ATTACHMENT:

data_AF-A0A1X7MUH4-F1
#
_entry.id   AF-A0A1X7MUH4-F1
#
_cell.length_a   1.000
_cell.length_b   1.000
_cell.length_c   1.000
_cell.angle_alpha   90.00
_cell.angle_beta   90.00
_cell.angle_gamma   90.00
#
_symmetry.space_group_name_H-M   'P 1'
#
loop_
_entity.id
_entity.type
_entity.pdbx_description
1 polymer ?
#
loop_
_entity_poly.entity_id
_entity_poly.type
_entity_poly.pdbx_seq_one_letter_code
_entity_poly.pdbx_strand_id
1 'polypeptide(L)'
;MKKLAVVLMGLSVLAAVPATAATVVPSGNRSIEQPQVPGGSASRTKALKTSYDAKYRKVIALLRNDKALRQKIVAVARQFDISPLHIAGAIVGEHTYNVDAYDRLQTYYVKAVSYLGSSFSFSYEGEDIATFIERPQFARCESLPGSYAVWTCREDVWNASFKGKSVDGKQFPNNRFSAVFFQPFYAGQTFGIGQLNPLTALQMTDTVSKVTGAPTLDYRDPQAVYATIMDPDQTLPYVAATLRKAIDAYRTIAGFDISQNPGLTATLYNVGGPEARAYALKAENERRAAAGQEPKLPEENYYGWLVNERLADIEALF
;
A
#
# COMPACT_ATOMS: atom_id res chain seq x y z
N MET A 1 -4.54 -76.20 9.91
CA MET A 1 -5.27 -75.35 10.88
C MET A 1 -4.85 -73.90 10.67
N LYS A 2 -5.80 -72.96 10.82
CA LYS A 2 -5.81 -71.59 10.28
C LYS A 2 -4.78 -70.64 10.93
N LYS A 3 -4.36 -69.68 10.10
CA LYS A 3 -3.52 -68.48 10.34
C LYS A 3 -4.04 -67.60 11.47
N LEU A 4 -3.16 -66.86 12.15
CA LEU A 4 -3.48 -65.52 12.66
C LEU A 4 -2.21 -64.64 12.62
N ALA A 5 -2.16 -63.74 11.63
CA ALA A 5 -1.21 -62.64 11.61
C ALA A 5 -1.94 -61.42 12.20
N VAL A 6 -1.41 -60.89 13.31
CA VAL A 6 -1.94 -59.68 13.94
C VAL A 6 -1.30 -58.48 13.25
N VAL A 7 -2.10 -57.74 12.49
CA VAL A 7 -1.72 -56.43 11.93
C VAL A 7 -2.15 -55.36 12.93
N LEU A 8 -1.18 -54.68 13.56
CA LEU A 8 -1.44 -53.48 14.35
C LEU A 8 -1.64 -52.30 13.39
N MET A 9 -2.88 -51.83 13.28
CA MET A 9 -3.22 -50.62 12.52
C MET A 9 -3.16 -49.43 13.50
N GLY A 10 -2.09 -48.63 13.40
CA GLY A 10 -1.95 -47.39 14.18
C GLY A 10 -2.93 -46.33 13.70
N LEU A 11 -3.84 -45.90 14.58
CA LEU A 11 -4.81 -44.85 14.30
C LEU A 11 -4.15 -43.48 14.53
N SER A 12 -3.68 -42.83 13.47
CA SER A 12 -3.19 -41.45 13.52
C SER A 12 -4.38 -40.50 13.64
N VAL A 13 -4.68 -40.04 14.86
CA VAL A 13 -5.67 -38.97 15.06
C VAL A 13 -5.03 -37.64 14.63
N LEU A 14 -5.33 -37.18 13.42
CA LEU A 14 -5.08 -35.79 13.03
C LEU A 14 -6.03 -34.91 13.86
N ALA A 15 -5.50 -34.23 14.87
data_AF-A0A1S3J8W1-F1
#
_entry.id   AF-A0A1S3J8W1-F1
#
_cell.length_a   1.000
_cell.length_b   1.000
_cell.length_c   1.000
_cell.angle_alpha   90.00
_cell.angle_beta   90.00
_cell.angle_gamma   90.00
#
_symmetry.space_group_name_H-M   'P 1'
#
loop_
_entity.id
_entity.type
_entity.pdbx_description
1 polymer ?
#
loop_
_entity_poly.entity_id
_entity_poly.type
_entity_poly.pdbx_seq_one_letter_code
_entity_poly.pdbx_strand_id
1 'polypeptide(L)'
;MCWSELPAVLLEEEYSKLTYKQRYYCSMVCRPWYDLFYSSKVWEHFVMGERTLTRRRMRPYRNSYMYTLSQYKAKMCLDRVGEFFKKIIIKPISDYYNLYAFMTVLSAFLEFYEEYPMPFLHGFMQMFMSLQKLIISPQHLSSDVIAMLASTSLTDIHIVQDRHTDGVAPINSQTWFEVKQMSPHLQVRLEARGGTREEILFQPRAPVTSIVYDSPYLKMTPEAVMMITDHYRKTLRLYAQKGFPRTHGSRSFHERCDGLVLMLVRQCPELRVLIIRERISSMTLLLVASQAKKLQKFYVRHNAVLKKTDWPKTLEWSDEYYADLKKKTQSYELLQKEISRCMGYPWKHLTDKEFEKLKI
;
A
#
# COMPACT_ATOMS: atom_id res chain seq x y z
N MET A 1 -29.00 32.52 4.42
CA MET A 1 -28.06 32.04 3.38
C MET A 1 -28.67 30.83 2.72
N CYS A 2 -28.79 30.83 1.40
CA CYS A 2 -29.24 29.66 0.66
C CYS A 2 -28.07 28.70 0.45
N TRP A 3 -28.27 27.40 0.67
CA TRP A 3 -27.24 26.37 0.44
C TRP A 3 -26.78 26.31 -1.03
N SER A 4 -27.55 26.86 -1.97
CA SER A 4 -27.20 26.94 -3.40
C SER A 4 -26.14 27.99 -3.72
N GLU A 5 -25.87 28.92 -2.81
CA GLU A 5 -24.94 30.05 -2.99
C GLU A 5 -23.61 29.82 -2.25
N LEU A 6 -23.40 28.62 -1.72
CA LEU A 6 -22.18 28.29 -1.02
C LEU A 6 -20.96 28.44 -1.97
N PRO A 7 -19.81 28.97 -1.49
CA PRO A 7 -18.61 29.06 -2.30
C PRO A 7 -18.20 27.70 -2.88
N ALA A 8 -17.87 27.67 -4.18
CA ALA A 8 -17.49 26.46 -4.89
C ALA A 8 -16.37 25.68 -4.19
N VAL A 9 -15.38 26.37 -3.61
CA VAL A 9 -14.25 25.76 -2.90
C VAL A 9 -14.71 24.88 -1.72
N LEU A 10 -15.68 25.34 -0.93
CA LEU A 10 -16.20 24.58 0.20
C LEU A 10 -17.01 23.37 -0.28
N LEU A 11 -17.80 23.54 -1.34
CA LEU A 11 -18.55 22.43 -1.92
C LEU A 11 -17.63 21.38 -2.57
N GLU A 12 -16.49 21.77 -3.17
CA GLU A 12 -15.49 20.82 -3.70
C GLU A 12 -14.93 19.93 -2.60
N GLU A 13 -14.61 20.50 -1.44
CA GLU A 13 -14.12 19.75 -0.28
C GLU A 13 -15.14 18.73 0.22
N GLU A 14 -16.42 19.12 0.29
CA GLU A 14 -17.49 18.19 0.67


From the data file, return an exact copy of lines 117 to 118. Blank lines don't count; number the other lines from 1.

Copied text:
CA GLU A 5 -24.94 30.05 -2.99
C GLU A 5 -23.61 29.82 -2.25